ARLINGTON, Texas -- There was no stern message from Rangers manager Ron Washington or a tough-love session from pitching coach Mike Maddux. Derek Holland didn't need it. Instead, both Washington and Maddux in separate talks in the dugout told their young pitcher to forget about it and move on. That won't be easy.
It was ugly Wednesday for Holland. He gave up eight runs on eight hits in the second inning and left after just 1 2/3 innings, forcing the Rangers to use every bullpen piece but closer Joe Nathan to get through a 21-8 loss to Seattle. No, he wasn't blaming the mustache (which might have been the only thing more ugly than his start) he had shaved off earlier in the day.
"The mustache doesn't throw the pitches," Holland said, still clearly disappointed by his outing.
Holland was at his locker after Wednesday, never one to hide out from the tough questions on nights when he doesn't have his best stuff. And he was at a loss as to what happened to the guy who threw 10 pitches (eight of them strikes) in a perfect first inning that included two strikeouts and then followed that up with a hit parade in the second. He threw 41 pitches in the second, faced 12 batters and gave up eight runs on eight hits.
The outing was his shortest since Aug. 5, 2011, when he went 1 2/3 innings against Cleveland. The only other time Holland has allowed at least this many runs in a start was his rookie year, when he gave up 10 to Toronto on Aug. 31, 2009.
"I felt like I had everything going for me," Holland said. "I thought for sure today was the day. I came back out and 'blank' hit the fan. It's unbelievable. Things just didn't go my way. I didn't get the job done."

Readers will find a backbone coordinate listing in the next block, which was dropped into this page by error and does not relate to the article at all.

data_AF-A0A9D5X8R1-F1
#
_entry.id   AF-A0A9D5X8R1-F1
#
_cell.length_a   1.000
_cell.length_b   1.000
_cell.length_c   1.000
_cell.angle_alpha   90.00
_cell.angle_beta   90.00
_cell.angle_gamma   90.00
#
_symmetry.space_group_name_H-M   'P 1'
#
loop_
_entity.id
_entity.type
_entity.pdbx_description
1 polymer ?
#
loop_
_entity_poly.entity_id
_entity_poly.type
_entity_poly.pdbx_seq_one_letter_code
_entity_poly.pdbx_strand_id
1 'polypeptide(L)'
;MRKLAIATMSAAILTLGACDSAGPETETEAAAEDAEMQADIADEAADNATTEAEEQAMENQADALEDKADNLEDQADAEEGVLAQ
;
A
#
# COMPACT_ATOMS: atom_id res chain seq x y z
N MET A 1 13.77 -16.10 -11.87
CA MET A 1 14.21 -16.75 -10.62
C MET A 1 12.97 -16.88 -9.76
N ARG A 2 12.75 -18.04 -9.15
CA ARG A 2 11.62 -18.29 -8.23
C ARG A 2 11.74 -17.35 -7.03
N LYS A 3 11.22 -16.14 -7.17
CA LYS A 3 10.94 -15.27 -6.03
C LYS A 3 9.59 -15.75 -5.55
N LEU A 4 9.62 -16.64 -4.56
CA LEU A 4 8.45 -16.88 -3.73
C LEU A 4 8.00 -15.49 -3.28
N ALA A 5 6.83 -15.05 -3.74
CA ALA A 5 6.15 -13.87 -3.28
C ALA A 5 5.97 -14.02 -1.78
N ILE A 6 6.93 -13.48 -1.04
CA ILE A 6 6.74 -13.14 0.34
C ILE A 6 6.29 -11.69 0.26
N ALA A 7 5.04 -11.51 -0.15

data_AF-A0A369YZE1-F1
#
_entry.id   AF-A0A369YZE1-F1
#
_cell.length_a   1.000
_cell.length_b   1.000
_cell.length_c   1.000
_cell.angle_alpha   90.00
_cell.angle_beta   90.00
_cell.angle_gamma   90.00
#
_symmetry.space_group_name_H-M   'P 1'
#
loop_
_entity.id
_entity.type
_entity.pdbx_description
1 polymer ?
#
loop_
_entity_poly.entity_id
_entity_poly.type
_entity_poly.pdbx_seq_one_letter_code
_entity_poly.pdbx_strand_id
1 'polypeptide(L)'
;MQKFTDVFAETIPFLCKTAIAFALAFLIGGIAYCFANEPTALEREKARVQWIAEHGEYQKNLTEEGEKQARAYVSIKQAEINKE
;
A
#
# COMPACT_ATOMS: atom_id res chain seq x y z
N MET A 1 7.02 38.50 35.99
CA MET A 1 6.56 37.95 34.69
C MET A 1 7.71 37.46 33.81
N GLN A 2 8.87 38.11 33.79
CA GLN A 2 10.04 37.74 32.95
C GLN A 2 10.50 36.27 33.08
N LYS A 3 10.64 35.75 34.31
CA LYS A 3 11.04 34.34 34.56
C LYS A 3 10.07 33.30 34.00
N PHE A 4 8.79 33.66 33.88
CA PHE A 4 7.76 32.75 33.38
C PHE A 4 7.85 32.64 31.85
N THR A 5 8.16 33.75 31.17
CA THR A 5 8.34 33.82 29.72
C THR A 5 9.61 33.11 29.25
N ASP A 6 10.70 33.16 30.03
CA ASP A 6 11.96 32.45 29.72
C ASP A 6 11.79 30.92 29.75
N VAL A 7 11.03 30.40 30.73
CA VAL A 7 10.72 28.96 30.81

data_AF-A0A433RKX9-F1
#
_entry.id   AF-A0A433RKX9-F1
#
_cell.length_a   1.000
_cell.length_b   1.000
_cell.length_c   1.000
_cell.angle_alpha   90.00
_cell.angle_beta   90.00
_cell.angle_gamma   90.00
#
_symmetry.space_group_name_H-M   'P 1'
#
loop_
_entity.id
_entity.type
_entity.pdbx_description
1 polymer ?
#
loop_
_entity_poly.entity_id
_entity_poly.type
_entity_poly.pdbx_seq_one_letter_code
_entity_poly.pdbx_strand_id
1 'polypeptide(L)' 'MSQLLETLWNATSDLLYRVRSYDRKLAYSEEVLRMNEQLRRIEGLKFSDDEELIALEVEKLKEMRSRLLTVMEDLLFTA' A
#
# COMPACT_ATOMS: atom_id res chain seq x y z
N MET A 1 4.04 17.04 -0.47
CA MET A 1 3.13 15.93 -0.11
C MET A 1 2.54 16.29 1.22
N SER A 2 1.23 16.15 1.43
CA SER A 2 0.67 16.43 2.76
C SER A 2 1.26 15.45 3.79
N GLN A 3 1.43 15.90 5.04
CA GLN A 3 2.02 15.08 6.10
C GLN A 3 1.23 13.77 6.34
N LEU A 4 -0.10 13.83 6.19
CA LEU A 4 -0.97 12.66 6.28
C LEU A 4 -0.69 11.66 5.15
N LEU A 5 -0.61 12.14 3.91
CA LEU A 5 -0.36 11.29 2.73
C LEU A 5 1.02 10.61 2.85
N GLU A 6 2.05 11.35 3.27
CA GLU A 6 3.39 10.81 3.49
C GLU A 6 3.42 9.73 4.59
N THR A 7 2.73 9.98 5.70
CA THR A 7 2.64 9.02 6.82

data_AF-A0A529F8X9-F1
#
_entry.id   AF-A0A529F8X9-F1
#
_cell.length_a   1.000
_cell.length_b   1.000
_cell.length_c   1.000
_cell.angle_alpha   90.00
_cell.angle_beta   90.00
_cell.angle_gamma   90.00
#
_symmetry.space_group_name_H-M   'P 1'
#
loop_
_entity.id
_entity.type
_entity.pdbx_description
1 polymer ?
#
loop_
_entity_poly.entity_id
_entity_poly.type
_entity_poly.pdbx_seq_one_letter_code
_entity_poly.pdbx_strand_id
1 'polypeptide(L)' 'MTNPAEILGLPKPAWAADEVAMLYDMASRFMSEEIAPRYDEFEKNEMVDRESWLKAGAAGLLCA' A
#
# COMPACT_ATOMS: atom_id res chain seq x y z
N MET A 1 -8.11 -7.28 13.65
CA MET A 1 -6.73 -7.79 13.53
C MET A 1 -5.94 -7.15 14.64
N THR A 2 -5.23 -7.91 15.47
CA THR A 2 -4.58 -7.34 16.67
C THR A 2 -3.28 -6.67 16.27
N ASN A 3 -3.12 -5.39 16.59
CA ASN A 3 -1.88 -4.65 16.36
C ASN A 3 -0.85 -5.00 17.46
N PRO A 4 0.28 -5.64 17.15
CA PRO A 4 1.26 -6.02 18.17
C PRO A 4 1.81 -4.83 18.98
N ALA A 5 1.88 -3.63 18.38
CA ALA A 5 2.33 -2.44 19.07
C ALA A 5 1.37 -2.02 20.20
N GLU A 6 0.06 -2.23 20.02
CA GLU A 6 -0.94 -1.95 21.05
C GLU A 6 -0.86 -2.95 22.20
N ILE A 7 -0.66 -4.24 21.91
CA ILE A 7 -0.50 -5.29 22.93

Holland was one strike from limiting the damage in that troubling second inning. He had a 2-2 count on left-handed hitter Dustin Ackley and threw a sinker inside.
"I think he was probably looking for that pitch," Holland said. "I've always gone in on lefties, and I think he was dead red on it."
Ackley hit it out to right for a three-run homer, making it a 5-0 game. Holland's shoulders slumped, and he couldn't seem to get himself figured out after that. He gave up singles to the next three batters, and then walked Justin Smoak and Alex Liddi on nine pitches. At that point, Washington didn't have a choice but to make it an early night for Holland.
"I wish I could explain it," Washington said. "He couldn't find the strike zone, and when he did find the strike zone, they didn't miss. I can't explain it. It just wasn't a very good outing."
By the time the game was over, Holland had checked video of his start Wednesday with what he did against Toronto and couldn't see anything wrong with his mechanics. He'll go to work in between starts to fine tune things, but more than anything, he will have to mentally move past it.
Holland has battled inconsistency his entire career, except for the second half of 2011, when he appeared to steady himself and make adjustments quicker. That season finished with his sterling start in Game 4 of the World Series, and he earned a long-term contract this spring. But on Wednesday, he was not able to get things figured out and watched his ERA go up more than a full run, from 4.05 to 5.11.
"It's very frustrating," Holland said. "I wish I could say what I really want to say, but it's really upsetting to have something like that happen to you when you've been working so hard. It's one of those nights. I have to shake it off.
"I did not give my team a chance to win. I made it really hard for our bullpen. We had to really push them after using quite a few guys the night before. It's a big letdown on my part, I think."
Washington told Holland not to get too upset with himself about it and turn the page.
"He told me, 'Don't beat yourself up. Don't hurt yourself. Don't do anything crazy,'" Holland said. "Everybody has one of these days. It's OK to be upset with myself, but I have to bounce back now."
That chance will come next week against the Oakland A's.